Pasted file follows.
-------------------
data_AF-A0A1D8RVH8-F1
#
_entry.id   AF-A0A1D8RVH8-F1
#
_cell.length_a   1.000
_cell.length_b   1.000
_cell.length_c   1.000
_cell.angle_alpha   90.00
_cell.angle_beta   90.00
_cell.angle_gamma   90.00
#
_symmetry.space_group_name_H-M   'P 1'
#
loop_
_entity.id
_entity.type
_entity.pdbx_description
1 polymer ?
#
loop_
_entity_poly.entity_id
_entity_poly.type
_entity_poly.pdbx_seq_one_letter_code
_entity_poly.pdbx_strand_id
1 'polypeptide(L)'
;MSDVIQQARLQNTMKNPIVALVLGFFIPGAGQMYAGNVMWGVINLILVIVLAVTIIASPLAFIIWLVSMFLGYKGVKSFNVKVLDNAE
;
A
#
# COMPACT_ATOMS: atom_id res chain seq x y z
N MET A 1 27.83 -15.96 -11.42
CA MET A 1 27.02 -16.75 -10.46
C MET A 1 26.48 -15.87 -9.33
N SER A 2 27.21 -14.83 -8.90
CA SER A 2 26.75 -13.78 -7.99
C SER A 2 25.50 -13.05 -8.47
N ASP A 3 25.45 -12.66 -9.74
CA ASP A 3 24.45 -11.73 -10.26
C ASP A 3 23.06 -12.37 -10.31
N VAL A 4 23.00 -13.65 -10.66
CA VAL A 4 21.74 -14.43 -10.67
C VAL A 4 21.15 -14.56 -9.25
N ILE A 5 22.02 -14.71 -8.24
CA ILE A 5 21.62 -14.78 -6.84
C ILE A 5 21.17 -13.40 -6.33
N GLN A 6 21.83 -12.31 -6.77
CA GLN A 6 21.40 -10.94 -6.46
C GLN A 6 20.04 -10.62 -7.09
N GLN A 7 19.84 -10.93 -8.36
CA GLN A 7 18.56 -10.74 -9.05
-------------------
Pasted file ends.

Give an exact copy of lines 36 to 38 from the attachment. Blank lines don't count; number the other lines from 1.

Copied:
C SER A 2 25.50 -13.05 -8.47
N ASP A 3 25.45 -12.66 -9.74
CA ASP A 3 24.45 -11.73 -10.26